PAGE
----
I haven’t talked much about Brexit recently because very little has actually happened. Theresa May’s Government is inevitably and mercifully over (though she will act as a caretaker until the next Tory leader is selected sometime in July). I imagine she was much kinder to Larry than David Cameron was. The Conservatives are imploding, remembering why, exactly, they hate each and every one of their opponent’s guts and just what a corrupt perverted dope fiend they are.
You know, your typical Tory Leadership election and every scurrilous bit is true. These are deeply evil people.
Meanwhile, events have taken a noticiable spurt forward. Jeremy Corbyn has finally committed Labour to advance a Bill the ultimate effect of which which would bind any Prime Minister from submitting a Bill including a ‘No Deal’ Brexit alternative for debate even more permanently we were sure was already the case!
It would in fact separate the Parliament Remain/Leave (a little simplistic but captures the dynamics I think). ‘Leave’ loses with a thud and that will permanently weaken their grip on Institutional Tories, a clear defeat I think. While the usual suspects (SNP, Greens, Neo-Lib Dems, and Plaid Cymru) are behind Labour, which is United. That’s still about 10 shy given the stand of the DUP.
There is a trickle of Tories who’ve already flipped and Corbyn is hoping it will turn into a torrent which is not a bad bet given May was not able to prevent a similar measure. Whether it does him any good in the general? Jeremy has been less than innovative on Brexit.
Labour to launch bid to block new PM from forcing no-deal Brexit
by Jessica Elgot, The Guardian
Tue 11 Jun 201
Labour will launch the first step in an audacious cross-party attempt to block a new prime minister from forcing through a no-deal Brexit in October.
The shadow Brexit secretary, Keir Starmer, threw down the gauntlet to Tory cabinet ministers including Amber Rudd and Philip Hammond, saying they should back Labour’s attempts if they were serious about preventing no deal.
Rory Stewart, a Tory leadership contender, said he might consider backing the motion on Wednesday – a move that could get him sacked as international development secretary.
If passed, the motion would give MPs control of the parliamentary agenda on 25 June. The same motion could then potentially be used to begin legislation to prevent the UK from leaving the EU without a deal.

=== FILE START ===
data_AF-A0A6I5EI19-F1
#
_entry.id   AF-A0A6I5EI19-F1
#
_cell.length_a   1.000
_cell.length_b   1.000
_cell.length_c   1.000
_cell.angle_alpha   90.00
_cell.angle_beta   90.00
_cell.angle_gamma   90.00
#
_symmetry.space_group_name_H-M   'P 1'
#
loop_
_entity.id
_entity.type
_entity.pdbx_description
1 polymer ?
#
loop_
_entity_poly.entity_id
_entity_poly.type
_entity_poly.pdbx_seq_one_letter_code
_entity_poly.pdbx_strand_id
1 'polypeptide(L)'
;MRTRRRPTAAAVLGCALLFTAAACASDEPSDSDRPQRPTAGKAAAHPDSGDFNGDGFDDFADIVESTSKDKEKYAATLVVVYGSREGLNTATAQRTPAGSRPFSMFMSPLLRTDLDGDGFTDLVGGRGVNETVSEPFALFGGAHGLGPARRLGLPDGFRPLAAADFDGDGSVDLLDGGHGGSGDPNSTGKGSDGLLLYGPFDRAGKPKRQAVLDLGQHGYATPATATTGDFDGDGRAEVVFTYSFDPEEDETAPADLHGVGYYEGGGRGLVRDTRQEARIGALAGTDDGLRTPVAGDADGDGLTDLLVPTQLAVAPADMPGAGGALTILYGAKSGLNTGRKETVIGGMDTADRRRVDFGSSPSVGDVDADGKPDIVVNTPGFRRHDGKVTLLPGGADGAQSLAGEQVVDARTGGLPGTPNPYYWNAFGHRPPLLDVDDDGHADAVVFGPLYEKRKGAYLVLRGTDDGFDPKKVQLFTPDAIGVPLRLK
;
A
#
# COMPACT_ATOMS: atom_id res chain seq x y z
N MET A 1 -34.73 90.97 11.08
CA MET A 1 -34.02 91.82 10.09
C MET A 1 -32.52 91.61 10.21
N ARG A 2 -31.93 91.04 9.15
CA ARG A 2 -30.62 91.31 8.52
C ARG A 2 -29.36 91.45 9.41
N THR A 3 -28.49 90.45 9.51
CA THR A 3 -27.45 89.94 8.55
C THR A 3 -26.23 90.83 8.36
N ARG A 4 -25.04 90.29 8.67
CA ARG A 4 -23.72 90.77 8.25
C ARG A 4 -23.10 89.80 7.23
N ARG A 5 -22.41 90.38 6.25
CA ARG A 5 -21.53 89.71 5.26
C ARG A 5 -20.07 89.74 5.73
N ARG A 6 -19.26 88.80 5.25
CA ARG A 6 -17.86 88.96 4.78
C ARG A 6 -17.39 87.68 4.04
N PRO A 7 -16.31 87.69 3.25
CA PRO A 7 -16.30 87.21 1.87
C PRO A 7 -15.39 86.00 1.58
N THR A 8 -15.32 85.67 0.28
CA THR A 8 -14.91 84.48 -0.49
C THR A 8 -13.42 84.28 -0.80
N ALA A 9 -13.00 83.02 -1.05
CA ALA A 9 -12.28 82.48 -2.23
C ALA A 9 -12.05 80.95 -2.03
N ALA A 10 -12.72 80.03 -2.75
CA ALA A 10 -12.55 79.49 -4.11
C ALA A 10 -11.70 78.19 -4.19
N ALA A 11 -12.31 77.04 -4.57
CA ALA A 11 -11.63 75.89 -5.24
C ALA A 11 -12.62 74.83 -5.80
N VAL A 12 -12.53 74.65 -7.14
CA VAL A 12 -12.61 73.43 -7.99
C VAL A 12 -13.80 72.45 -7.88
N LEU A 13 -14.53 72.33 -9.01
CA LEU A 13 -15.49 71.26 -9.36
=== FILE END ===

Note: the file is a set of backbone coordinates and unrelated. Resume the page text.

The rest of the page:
The motion, which Labour will table during the opposition day debate on Wednesday, has the backing of the former Conservative minister Oliver Letwin and the leaders of the Scottish National party, Plaid Cymru, the Liberal Democrats and the Greens.
Unlike typical opposition day debates, the motion, if passed, will be binding, but it will need to secure the support of more Conservative MPs.
A similar move in April by Letwin and the Labour MP Yvette Cooper passed by one vote after 14 Tory MPs rebelled. Conservative sources who have worked behind the scenes on the proposal believe it may be difficult to convince some party colleagues to back a plan based on a Labour opposition day motion, even if they broadly support its objective.
Johnson, as well as Andrea Leadsom, Dominic Raab and Esther McVey, have vowed that if they win the Tory leadership, they will take the UK out of the EU on 31 October, regardless of whether or not a deal is in place.
Raab has also refused to rule out the option of proroguing parliament in order to force through a no-deal Brexit, something other candidates have said they would not countenance.
Starmer said the debate over a no-deal Brexit in the Tory leadership contest had “descended into the disturbing, the ludicrous and the reckless”, and had forced MPs to act.
“MPs cannot be bystanders while the next Tory prime minister tries to crash the UK out of the European Union without a deal and without the consent of the British people,” he said.
“That’s why we are taking this latest measure to end the uncertainty and protect communities across the country. My challenge to MPs who disagree either with a no-deal Brexit or proroguing parliament is to back this motion and act in the national interest.”
The motion has been signed by Corbyn and the Labour chief whip, Nick Brown, as well as Letwin, the SNP’s Ian Blackford, the Lib Dems’ Vince Cable, Plaid Cymru’s Liz Saville Roberts and the Green MP, Caroline Lucas.
Letwin, who has backed Michael Gove in the Tory leadership contest, is likely to face criticism from party colleagues for supporting the move. A Gove campaign source said: “All leadership candidates will need to win support of colleagues across the party. Michael has always been clear that no deal must remain on the table.”
Steve Baker, the deputy chair of the hard-Brexit European Research Group, said Tories including Letwin were risking the chance of a general election that could result in the Conservatives being wiped out by the Brexit party.
Baker, who has backed Johnson, said: “Oliver Letwin brings closer a general election which could leave Conservatives holding as few as 26 seats. Colluding with this Labour leadership to deny government control of the Commons business is unconscionable for being firmly against the national interest.”
Man, Tories sure do hate Labour a lot.